PLAYING NICELY, GUYS: Mercedes' Nico Rosberg (left) and Lewis Hamilton raced to first and second (Rosberg won) in the June 2014 Austrian F1 GP at Spielberg. Things weren't so happy in Budapest. Image: AP / Darko Bandic
BUDAPEST, Hungary - Mercedes panicked in asking Lewis Hamilton to move over for Nico Rosberg in Sunday's Hungarian Formula 1 GP and the Briton was right to ignore the request.
Not Reuter's words, but those of his team's non-executive chairman, one-time race ace and three-times F1 champion Niki Lauda.
He refused to blame Hamilton and told reporters he would have done exactly the same.
"The team was under enormous stress," Lauda said of the incident that has become a major talking point since Hamilton raced from the pits lane to third at the end while Rosberg started on pole but finished fourth.
"Mercedes was used to being in the lead and racing against each other. This race, with the safety car at the beginning and wet conditions, was a completely different race so every minute you had to decide something different.
"The call came out of panic and we have to make up for what we are losing."
Mercedes had won nine of 10 races until Sunday when Australian Daniel Ricciardo took his second victory of the year for 2013 champion team Red Bull but here's how the Nico/Lewis thing went down...
Hamilton was told over the team radio, after his second and final stop with a third of the race to go, not to hold up Rosberg behind him because the German needed to get past to make his three-stop strategy work.
Hamilton made clear Rosberg needed to be a lot closer to overtake and would not slow down or move aside (at that point). Rosberg could not get close to Hamilton and, after eight more laps, pitted and then had to fight back in a thrilling chase to the finish between the top four.
Ferrari's Fernando Alonso finished second.
The result allowed Hamilton, who had suffered an engine fire in qualifying but been fastest in all three practice sessions, to cut Rosberg's overall lead to 11 points with eight races to go.
BATTLE 'IN A NEW PHASE'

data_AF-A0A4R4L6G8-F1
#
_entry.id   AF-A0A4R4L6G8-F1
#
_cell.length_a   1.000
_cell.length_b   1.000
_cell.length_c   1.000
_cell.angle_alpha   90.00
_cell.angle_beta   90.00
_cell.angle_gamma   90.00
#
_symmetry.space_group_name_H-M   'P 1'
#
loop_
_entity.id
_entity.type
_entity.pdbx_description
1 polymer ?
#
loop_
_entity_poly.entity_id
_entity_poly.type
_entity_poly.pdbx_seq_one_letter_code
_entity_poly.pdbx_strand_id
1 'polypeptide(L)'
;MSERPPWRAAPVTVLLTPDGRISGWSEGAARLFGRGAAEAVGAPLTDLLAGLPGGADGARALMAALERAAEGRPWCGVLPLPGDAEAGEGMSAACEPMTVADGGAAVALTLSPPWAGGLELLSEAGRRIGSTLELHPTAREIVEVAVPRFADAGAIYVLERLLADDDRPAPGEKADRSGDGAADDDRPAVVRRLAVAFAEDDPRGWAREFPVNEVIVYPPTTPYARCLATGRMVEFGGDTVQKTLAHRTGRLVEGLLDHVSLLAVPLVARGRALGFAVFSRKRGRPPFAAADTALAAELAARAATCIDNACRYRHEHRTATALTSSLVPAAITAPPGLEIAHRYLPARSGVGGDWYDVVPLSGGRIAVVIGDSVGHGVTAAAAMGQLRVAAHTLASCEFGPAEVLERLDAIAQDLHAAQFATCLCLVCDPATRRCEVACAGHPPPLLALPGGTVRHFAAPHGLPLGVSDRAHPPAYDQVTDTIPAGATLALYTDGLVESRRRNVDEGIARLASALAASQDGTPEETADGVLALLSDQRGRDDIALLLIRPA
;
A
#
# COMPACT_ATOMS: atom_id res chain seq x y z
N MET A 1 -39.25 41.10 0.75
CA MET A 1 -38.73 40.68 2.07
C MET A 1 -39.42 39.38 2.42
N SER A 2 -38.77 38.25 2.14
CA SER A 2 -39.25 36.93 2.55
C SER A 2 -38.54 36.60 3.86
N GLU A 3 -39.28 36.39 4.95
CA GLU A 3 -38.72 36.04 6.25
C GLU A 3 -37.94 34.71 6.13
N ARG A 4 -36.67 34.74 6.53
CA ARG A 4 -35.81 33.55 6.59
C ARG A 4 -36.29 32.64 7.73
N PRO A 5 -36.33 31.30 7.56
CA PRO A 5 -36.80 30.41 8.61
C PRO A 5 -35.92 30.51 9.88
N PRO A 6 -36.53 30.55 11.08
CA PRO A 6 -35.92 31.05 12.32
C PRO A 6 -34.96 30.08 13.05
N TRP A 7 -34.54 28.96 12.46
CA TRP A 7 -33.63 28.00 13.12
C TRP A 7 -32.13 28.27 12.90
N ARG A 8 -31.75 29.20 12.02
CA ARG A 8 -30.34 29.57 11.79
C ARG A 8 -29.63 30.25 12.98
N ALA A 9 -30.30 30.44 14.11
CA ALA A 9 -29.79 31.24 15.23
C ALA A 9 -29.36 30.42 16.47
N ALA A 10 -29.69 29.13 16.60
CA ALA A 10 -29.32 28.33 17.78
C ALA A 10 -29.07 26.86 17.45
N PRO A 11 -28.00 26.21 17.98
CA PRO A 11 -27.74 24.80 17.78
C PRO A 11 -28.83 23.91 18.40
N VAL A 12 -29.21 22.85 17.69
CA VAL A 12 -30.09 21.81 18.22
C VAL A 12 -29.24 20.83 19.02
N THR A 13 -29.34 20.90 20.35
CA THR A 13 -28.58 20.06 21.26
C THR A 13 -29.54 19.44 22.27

Had he let Rosberg pass (and had to slow down to do so) the German might have won for Mercedes and extended his lead but Lauda said Hamilton had to look out for his own interests rather than those of the team'.
Mercedes motorsport head Toto Wolff recognised after the race that the title battle had entered a new phase. "We cannot really ask either driver to give up its position or jeopardise its own championship chances for the benefit of the team."
Lauda said it was "completely normal between drivers that they want to be in front of the other. So the reaction of the drivers for me is completely normal". "I think when everything calms down, there is nothing wrong. It was good racing, this is for me the most important, between the Mercedes guys and the rest."
Lauda said Hamilton's race, with a new chassis and engine and starting behind Kevin Magnussen's McLaren in the pits lane, had in any case been the drive of the day.
"This was for me the outstanding drive. Not only (starting) from the pits but in a brand new car which had to be put together (overnight). He never drove this car, which is a handicap, and then he had to start in the wet. What Lewis did with this unknown car, not absolutely balanced, to go all the way through and finish third was incredible.
"Lewis did an outstanding job."
DRIVERS IN DUEL OF THEIR OWN
Hamilton and Rosberg, son of 1982 champion Keke, are in a duel of their own for the title and the season so far has seen friction between themo rise and fall with every race.
• In Monaco they were were barely speaking after Rosberg made an error late in qualifying that secured him pole and brought out warning flags that prevented Hamilton beating his time.
• In Bahrain they raced wheel-to-wheel with heated discussions afterwards about some of the defensive moves.
Lauda felt the August break between Hungary and Belgium would restore some calm. "I've been very happy. Nobody had any problems," he said of managing relations between the drivers. "Now I have to see if there are some but I doubt it because everybody goes on holiday anyway and drivers forget quickly.
"After the holidays they start completely normal again."